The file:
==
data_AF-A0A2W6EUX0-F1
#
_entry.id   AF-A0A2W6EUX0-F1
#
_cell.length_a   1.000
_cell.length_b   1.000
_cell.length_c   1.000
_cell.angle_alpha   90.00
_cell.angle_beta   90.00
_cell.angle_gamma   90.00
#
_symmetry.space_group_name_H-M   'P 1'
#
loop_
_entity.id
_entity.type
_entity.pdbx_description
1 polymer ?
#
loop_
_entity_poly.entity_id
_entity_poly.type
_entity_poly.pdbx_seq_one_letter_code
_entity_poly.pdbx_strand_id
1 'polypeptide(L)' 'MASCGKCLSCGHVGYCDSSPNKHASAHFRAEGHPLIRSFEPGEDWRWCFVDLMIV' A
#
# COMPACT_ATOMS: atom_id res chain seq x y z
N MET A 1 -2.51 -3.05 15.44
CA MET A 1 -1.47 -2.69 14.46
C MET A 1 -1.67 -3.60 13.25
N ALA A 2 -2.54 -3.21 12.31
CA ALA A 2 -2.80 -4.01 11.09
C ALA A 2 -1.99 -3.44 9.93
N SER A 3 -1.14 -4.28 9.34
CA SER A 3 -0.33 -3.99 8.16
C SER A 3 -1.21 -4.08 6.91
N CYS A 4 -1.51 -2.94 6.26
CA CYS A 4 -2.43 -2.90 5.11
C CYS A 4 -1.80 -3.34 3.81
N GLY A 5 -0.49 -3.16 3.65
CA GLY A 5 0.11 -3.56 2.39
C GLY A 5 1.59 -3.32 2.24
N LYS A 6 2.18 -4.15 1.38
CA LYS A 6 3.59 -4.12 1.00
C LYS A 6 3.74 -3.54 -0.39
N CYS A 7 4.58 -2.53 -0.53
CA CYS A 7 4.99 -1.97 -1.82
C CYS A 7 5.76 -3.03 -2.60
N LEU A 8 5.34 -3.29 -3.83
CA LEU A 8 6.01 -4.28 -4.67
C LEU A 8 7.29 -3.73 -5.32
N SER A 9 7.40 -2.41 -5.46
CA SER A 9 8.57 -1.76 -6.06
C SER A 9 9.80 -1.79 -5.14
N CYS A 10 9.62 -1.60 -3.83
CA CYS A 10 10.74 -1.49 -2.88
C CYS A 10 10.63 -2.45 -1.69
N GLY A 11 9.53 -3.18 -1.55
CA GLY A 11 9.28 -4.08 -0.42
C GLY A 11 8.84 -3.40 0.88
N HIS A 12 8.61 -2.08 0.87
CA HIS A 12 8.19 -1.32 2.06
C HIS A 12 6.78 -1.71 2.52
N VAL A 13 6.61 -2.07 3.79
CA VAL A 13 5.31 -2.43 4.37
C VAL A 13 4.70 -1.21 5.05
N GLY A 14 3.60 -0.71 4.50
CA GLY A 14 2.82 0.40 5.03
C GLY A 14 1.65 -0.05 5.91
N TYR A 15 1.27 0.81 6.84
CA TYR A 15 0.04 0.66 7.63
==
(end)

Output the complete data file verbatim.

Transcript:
data_AF-A0A2W6EUX0-F1
#
_entry.id   AF-A0A2W6EUX0-F1
#
_cell.length_a   1.000
_cell.length_b   1.000
_cell.length_c   1.000
_cell.angle_alpha   90.00
_cell.angle_beta   90.00
_cell.angle_gamma   90.00
#
_symmetry.space_group_name_H-M   'P 1'
#
loop_
_entity.id
_entity.type
_entity.pdbx_description
1 polymer ?
#
loop_
_entity_poly.entity_id
_entity_poly.type
_entity_poly.pdbx_seq_one_letter_code
_entity_poly.pdbx_strand_id
1 'polypeptide(L)' 'MASCGKCLSCGHVGYCDSSPNKHASAHFRAEGHPLIRSFEPGEDWRWCFVDLMIV' A
#
# COMPACT_ATOMS: atom_id res chain seq x y z
N MET A 1 -2.51 -3.05 15.44
CA MET A 1 -1.47 -2.69 14.46
C MET A 1 -1.67 -3.60 13.25
N ALA A 2 -2.54 -3.21 12.31
CA ALA A 2 -2.80 -4.01 11.09
C ALA A 2 -1.99 -3.44 9.93
N SER A 3 -1.14 -4.28 9.34
CA SER A 3 -0.33 -3.99 8.16
C SER A 3 -1.21 -4.08 6.91
N CYS A 4 -1.51 -2.94 6.26
CA CYS A 4 -2.43 -2.90 5.11
C CYS A 4 -1.80 -3.34 3.81
N GLY A 5 -0.49 -3.16 3.65
CA GLY A 5 0.11 -3.56 2.39
C GLY A 5 1.59 -3.32 2.24
N LYS A 6 2.18 -4.15 1.38
CA LYS A 6 3.59 -4.12 1.00
C LYS A 6 3.74 -3.54 -0.39
N CYS A 7 4.58 -2.53 -0.53
CA CYS A 7 4.99 -1.97 -1.82
C CYS A 7 5.76 -3.03 -2.60
N LEU A 8 5.34 -3.29 -3.83
CA LEU A 8 6.01 -4.28 -4.67
C LEU A 8 7.29 -3.73 -5.32
N SER A 9 7.40 -2.41 -5.46
CA SER A 9 8.57 -1.76 -6.06
C SER A 9 9.80 -1.79 -5.14
N CYS A 10 9.62 -1.60 -3.83
CA CYS A 10 10.74 -1.49 -2.88
C CYS A 10 10.63 -2.45 -1.69
N GLY A 11 9.53 -3.18 -1.55
CA GLY A 11 9.28 -4.08 -0.42
C GLY A 11 8.84 -3.40 0.88
N HIS A 12 8.61 -2.08 0.87
CA HIS A 12 8.19 -1.32 2.06
C HIS A 12 6.78 -1.71 2.52
N VAL A 13 6.61 -2.07 3.79
CA VAL A 13 5.31 -2.43 4.37
C VAL A 13 4.70 -1.21 5.05
N GLY A 14 3.60 -0.71 4.50
CA GLY A 14 2.82 0.40 5.03
C GLY A 14 1.65 -0.05 5.91
N TYR A 15 1.27 0.81 6.84
CA TYR A 15 0.04 0.66 7.63